Nuestros investigadores

Gonzalo Arrondo Ostiz

Mente Cerebro
Instituto Cultura y Sociedad (ICS). Universidad de Navarra
Líneas de investigación
Toma de decisiones y función dopaminérgica, Aprendizaje y procesos de recompensa, Epistemología de la psiquiatría, Funciones ejecutivas en trastornos neurodegenerativos, Buenas prácticas en investigación
Índice H
10, (Google Scholar, 29/06/2017)
8, (WoS, 21/06/2017)
8, (Scopus, 21/06/2017)

Publicaciones científicas más recientes (desde 2010)

Autores: Garofalo, S., ; Justicia, A., ; Arrondo Ostiz, Gonzalo; et al.
ISSN 1664-2295  Vol. 8  2017  págs. 156
Psychotic symptoms frequently occur in Parkinson's disease (PD), but their pathophysiology is poorly understood. According to the National Institute of Health RDoc programme, the pathophysiological basis of neuropsychiatric symptoms may be better understood in terms of dysfunction of underlying domains of neurocognition in a trans-diagnostic fashion. Abnormal cortico-striatal reward processing has been proposed as a key domain contributing to the pathogenesis of psychotic symptoms in schizophrenia. This theory has received empirical support in the study of schizophrenia spectrum disorders and preclinical models of psychosis, but has not been tested in the psychosis associated with PD. We, therefore, investigated brain responses associated with reward expectation and prediction error signaling during reinforcement learning in PD-associated psychosis. An instrumental learning task with monetary gains and losses was conducted during an fMRI study in PD patients with (n¿=¿12), or without (n¿=¿17), a history of psychotic symptoms, along with a sample of healthy controls (n¿=¿24). We conducted region of interest analyses in the ventral striatum (VS), ventromedial prefrontal and posterior cingulate cortices, and whole-brain analyses. There was reduced activation in PD patients with a history of psychosis, compared to those without, in the posterior cingulate cortex and the VS during reward anticipation (p¿<¿0.05 small volume corrected). The results suggest that cortical and striatal
Autores: Ruiz-Goikoetxea, M., ; Cortese, S., ; Aznárez Sanado, Maite; et al.
Revista: BMJ OPEN
ISSN 2044-6055  Vol. 7  Nº 9  2017  págs. e018027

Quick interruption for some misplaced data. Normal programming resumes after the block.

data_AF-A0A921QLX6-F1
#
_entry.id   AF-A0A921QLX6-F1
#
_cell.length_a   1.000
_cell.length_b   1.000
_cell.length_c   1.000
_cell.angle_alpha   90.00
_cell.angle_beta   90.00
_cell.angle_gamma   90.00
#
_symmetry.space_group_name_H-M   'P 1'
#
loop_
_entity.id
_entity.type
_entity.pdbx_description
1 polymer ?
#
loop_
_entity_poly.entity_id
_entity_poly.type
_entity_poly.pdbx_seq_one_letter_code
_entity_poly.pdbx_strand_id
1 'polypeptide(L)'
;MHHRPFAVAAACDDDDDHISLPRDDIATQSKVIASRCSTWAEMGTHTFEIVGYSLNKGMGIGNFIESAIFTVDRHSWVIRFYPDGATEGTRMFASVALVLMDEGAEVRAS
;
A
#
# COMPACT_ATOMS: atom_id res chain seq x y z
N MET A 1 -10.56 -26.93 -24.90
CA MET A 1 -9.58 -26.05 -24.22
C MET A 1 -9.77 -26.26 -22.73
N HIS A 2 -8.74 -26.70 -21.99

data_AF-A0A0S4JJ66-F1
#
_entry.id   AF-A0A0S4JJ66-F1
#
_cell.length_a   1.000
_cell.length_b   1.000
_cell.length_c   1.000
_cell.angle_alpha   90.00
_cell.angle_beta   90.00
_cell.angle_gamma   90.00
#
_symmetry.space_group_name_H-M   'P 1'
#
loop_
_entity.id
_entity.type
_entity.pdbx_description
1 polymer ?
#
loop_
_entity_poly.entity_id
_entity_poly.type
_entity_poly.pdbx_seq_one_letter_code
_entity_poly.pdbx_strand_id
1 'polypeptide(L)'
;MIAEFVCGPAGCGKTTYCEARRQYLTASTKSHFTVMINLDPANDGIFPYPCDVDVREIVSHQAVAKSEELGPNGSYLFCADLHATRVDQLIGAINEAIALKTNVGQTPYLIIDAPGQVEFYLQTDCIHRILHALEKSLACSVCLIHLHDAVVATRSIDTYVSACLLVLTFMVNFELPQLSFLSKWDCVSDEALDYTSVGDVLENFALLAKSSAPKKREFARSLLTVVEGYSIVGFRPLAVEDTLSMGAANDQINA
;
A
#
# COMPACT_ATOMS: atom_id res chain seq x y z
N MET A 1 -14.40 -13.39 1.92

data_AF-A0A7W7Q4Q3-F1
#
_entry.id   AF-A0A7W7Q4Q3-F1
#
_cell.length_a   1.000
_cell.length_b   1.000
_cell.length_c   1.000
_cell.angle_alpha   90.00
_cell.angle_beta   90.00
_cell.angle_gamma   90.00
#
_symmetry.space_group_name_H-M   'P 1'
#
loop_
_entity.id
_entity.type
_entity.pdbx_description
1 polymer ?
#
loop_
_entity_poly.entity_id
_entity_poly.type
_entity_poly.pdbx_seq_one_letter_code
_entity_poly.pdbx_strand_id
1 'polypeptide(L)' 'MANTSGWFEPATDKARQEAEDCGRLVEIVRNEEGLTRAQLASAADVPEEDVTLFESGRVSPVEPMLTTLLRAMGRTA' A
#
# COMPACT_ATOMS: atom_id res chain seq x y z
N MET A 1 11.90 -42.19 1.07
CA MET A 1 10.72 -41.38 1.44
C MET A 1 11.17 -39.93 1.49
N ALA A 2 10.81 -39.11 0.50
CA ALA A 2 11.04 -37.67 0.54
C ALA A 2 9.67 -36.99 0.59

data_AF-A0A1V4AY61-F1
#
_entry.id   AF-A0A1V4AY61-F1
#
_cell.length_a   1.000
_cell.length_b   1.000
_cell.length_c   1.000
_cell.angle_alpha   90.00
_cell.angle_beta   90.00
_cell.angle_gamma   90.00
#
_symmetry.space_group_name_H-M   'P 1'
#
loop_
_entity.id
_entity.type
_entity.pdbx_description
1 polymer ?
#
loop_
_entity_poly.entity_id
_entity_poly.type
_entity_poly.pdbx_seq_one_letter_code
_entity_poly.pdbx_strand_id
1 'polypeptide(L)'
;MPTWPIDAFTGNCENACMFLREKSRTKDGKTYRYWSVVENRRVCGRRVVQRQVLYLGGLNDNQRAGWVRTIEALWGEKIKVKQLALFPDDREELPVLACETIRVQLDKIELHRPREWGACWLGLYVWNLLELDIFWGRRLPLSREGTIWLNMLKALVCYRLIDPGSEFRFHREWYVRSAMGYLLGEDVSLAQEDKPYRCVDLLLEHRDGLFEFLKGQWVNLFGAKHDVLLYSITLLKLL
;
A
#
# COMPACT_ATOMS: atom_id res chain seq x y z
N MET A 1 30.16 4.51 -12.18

Attention-deficit hyperactivity disorder (ADHD) has been related to increased rates of unintentional injuries. However, the magnitude of the effect and to which extent variables such as sex, age or comorbidity can influence this relationship is unknown. Additionally, and importantly, it is unclear if, and to which degree, ADHD medications can decrease the number of unintentional injuries. Due to the amount of economic and social resources invested in the treatment of injuries, filling these gaps in the literature is highly relevant from a public health standpoint. Here, we present a protocol for a systematic review and meta-analysis to estimate the relationship between ADHD and unintentional injuries and assess the impact of pharmacological treatment for ADHD METHODS AND ANALYSIS: We will combine results from 114 bibliographic databases for studies relating ADHD and risk of injuries. Bibliographic searches and data extraction will be carried out independently by two researchers. The studies' risk of bias will be assessed using the Newcastle-Ottawa Scale. Articles reporting ORs or HRs of suffering an injury in ADHD compared with controls (or enough data to calculate them) will be combined using Robust Variance Estimation, a method that permits to include multiple non-independent outcomes in the analysis. All analyses will be carried out in Stata. Age, sex and comorbid conduct disorders will be considered as potential causes of variance and their effect analysed through meta-re
Autores: Segarra, N., ; Metastasio, A., ; Ziauddeen, H., ; et al.
ISSN 1740-634X  Vol. 41  Nº 8  2016  págs. 2001 - 2010
Alterations in reward processes may underlie motivational and anhedonic symptoms in depression and schizophrenia. However it remains unclear whether these alterations are disorder-specific or shared, and whether they clearly relate to symptom generation or not. We studied brain responses to unexpected rewards during a simulated slot-machine game in 24 patients with depression, 21 patients with schizophrenia, and 21 healthy controls using functional magnetic resonance imaging. We investigated relationships between brain activation, task-related motivation, and questionnaire rated anhedonia. There was reduced activation in the orbitofrontal cortex, ventral striatum, inferior temporal gyrus, and occipital cortex in both depression and schizophrenia in comparison with healthy participants during receipt of unexpected reward. In the medial prefrontal cortex both patient groups showed reduced activation, with activation significantly more abnormal in schizophrenia than depression. Anterior cingulate and medial frontal cortical activation predicted task-related motivation, which in turn predicted anhedonia severity in schizophrenia. Our findings provide evidence for overlapping hypofunction in ventral striatal and orbitofrontal regions in depression and schizophrenia during unexpected reward receipt, and for a relationship between unexpected reward processing in the medial prefrontal cortex and the generation of motivational states.